American Bar Foundation Research Journal, No. 4, p. 657, 1986
18 Pages Posted: 2 Feb 2009
Date Written: 1987
Professor Pepper responds to Professor Luban's and Professor Kaufman's critiques of his defense of the lawyer's traditional amoral ethical role. While agreeing with much of Professor Kaufman's observations ("A Commentary on Pepper's 'The Lawyer's Amoral Ethical Role'"), Professor Pepper suggests why a guiding theory (a model) and rules for lawyer's ethics may be preferable to generally unguided discretion. In regard to Professor Luban's "The Lysistratian Prerogative: A Response to Stephen Pepper," the rejoinder suggests that friends and spouses are the wrong analogy for the lawyer's relation to the client. Lawyers are more appropriately thought of as part of the formal regime enabling access to and use of the law. Friends and spouses are not. They are more appropriately thought of as part of the more important and probably more effective informal net of restraint and judgment surrounding each of us. For that reason lawyers ought not to deny access to lawful conduct and legal devices to their clients on the basis of their varied personal and possibly idiosyncratic moral bases. For spouses and friends to do so, however, is perfectly appropriate and often admirable and helpful. Professor Pepper goes on to argue that Professor Luban's construct of "low realism" essentially avoids the difficult issue of legal realism for lawyers elaborated in his article rather than addressing it.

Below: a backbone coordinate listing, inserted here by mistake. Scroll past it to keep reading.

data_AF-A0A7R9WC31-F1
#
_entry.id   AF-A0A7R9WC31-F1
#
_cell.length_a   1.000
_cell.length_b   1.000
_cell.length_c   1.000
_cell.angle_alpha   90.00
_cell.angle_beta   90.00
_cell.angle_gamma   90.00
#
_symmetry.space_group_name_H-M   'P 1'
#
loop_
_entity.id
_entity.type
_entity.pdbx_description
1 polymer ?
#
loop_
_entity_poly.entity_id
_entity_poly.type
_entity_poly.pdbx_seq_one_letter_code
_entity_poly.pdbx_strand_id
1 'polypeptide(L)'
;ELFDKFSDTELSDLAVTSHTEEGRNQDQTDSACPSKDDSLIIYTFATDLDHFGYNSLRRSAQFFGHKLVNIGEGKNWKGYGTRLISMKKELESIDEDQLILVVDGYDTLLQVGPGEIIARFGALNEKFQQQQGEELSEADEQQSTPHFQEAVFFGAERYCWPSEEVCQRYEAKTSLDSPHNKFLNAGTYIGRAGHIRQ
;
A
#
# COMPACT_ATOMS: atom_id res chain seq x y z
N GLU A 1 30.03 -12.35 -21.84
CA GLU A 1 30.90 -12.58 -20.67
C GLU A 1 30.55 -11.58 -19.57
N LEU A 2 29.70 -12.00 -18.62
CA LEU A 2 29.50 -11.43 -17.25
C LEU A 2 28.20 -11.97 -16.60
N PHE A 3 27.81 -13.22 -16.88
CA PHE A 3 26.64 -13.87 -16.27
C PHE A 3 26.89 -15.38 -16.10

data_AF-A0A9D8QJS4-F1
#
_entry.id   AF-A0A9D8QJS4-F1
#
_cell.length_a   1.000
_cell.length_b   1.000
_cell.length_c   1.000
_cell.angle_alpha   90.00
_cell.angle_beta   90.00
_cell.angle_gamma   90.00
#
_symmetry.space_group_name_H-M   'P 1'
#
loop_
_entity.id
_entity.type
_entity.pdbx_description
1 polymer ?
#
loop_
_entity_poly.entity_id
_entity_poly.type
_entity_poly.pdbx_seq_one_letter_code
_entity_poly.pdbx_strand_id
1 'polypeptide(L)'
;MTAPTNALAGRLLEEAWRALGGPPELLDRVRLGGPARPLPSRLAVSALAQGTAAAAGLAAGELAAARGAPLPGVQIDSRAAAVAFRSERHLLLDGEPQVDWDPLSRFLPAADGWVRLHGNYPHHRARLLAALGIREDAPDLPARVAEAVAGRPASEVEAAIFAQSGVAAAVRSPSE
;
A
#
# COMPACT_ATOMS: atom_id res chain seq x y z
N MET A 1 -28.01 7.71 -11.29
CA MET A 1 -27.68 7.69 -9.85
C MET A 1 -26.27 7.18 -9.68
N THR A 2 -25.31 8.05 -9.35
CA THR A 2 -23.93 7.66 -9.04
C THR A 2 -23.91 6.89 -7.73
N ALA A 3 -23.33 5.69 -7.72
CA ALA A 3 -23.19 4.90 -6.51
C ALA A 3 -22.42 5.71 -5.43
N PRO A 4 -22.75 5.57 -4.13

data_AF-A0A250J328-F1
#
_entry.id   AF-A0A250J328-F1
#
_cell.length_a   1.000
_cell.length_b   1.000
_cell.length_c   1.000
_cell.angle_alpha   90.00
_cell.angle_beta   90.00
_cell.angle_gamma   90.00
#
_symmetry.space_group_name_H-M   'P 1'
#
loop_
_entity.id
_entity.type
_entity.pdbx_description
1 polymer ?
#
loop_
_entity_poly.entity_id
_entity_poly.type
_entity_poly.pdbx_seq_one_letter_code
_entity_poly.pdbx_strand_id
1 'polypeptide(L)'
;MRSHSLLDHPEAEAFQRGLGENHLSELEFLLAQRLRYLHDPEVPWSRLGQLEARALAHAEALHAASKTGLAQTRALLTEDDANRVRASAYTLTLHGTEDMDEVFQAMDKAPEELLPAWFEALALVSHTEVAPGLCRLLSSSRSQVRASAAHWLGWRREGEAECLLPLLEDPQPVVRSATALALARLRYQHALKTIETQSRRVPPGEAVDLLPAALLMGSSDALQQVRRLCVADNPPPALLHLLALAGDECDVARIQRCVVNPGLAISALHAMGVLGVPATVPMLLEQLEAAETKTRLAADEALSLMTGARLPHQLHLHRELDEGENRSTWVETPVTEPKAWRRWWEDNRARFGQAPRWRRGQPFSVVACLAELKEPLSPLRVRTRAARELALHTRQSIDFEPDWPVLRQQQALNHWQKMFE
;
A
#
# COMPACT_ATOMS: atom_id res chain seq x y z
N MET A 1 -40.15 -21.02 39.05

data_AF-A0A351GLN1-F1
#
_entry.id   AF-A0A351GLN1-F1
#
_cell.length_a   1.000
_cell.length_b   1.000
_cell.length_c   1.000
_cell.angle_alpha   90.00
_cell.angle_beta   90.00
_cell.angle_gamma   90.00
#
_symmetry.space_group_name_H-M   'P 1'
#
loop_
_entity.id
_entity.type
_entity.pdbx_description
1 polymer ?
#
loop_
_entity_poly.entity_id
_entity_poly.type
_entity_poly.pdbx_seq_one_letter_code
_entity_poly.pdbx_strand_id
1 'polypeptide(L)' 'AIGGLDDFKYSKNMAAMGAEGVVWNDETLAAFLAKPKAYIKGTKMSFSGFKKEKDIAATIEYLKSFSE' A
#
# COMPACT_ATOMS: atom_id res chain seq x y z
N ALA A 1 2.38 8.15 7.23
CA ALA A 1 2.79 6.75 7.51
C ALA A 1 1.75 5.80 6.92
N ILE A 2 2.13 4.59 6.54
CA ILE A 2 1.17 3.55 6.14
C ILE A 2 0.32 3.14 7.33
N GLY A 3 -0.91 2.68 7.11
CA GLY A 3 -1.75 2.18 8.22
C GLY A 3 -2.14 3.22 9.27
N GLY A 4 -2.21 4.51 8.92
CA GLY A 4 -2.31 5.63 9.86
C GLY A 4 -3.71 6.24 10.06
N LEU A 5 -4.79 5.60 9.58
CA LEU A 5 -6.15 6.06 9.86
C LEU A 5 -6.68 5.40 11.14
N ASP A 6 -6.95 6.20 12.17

Suggested Citation: Suggested Citation
Pepper, Stephen, A Rejoinder to Professors Kaufman and Luban (1987). American Bar Foundation Research Journal, No. 4, p. 657, 1986. Available at SSRN: https://ssrn.com/abstract=1336627